I wouldn’t put it that way.
There is an activity taking place (日本へ来ました)
You did this activity, as you are the implied subject of the sentence.
家族と just indicates that you did the activity with your family.
The と is sandwiched between 家族 and 日本, but it is not making a 家族と日本 combo.
The sentence would be equally valid as 家族と、私は日本へ来ました (though probably less natural, or only appropriate situationally). This would be distinct from 家族と私は日本へ来ました, which would be the “and” meaning you’re more familiar with.
Generally speaking particles attach to something that comes before them, and then they can be shifted around pretty liberally without changing the core meaning. The “and” use of と is a bit different in that regard, where you have to keep the items together. But the “with” meaning does not need to follow that, like most other particles.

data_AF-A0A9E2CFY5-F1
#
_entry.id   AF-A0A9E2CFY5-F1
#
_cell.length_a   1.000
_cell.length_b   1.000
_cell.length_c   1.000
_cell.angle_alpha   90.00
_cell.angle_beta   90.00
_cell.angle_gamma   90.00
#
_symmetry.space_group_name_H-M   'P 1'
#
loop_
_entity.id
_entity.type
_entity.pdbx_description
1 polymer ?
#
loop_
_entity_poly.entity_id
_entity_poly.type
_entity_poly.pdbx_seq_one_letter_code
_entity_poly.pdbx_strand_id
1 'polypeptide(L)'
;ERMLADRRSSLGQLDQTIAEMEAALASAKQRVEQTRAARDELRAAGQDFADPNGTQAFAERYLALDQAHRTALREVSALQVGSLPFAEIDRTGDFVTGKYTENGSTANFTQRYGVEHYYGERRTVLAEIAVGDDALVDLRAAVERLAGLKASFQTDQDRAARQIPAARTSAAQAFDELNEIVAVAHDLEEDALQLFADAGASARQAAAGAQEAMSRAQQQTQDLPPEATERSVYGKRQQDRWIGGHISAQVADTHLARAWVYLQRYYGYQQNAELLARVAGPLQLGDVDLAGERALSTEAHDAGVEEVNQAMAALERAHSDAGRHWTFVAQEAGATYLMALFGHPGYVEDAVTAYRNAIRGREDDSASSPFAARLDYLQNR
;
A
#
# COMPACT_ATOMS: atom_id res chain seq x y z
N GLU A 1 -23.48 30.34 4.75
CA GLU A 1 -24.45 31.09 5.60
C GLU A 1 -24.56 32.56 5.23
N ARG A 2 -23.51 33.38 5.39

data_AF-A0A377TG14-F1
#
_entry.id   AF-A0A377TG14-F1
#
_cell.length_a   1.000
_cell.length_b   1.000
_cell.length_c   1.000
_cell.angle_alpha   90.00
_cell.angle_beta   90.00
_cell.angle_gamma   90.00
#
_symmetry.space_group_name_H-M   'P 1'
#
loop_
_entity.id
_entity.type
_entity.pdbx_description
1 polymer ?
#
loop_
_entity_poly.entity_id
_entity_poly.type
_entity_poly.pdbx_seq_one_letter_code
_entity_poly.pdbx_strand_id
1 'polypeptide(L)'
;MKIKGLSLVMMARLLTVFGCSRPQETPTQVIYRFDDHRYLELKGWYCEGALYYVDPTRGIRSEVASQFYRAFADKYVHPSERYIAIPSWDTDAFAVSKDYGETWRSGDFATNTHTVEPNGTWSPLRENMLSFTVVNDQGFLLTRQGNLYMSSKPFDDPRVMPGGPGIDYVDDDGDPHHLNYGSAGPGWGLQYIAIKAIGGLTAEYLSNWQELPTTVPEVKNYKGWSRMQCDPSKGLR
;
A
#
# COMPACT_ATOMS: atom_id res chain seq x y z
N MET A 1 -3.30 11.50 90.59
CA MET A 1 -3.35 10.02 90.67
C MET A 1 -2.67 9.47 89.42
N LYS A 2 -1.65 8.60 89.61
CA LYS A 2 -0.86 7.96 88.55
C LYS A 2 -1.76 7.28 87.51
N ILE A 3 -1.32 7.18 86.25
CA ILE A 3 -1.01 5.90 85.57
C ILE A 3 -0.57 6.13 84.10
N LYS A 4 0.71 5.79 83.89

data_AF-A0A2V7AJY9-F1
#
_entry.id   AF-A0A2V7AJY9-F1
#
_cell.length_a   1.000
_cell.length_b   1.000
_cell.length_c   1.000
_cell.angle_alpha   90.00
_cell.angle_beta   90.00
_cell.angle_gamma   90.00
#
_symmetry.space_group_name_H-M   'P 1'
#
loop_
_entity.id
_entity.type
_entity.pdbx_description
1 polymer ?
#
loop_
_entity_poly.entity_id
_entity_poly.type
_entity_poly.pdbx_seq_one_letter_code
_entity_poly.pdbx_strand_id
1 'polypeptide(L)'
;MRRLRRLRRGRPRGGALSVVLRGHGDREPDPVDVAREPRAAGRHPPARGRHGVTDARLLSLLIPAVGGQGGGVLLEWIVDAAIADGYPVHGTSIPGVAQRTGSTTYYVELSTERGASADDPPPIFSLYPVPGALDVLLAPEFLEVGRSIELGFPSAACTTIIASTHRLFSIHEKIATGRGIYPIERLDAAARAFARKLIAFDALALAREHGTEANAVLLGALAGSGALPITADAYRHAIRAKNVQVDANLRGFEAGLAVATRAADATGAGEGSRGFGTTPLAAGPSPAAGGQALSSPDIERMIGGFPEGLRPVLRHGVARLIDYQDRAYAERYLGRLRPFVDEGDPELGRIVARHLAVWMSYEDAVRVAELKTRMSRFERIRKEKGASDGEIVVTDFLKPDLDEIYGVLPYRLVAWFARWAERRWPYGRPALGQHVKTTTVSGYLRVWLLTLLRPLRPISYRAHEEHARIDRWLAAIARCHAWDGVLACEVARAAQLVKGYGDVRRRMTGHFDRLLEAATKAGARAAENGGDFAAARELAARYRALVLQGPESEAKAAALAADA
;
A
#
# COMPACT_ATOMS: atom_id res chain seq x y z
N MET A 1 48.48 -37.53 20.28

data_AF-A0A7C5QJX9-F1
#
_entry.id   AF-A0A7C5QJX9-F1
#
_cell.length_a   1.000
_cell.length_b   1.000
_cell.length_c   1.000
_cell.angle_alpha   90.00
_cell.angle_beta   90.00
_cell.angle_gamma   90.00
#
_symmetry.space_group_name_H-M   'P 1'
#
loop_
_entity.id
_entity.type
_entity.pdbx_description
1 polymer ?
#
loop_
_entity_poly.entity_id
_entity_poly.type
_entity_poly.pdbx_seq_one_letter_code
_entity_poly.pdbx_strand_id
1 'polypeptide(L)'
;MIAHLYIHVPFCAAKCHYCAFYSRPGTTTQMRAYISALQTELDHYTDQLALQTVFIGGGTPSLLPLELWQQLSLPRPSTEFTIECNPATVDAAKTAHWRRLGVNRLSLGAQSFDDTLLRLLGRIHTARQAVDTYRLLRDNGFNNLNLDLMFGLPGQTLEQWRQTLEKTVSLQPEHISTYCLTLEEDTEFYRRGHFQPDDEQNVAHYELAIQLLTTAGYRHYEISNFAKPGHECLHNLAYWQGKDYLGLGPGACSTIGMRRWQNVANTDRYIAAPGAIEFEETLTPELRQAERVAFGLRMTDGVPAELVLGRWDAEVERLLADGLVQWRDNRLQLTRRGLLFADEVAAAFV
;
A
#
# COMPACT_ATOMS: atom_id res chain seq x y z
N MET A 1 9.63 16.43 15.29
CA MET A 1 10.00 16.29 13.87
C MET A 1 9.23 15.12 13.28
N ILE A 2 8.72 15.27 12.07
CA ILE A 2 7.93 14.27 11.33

And if we wanted to go one more layer deep on this… I’m pretty sure 家族と私は (“and” meaning) and 家族と、私は (“with” meaning) would actually have different pitch accent patterns, meaning they could be distinguished in speech, but I’ll have to check more on that.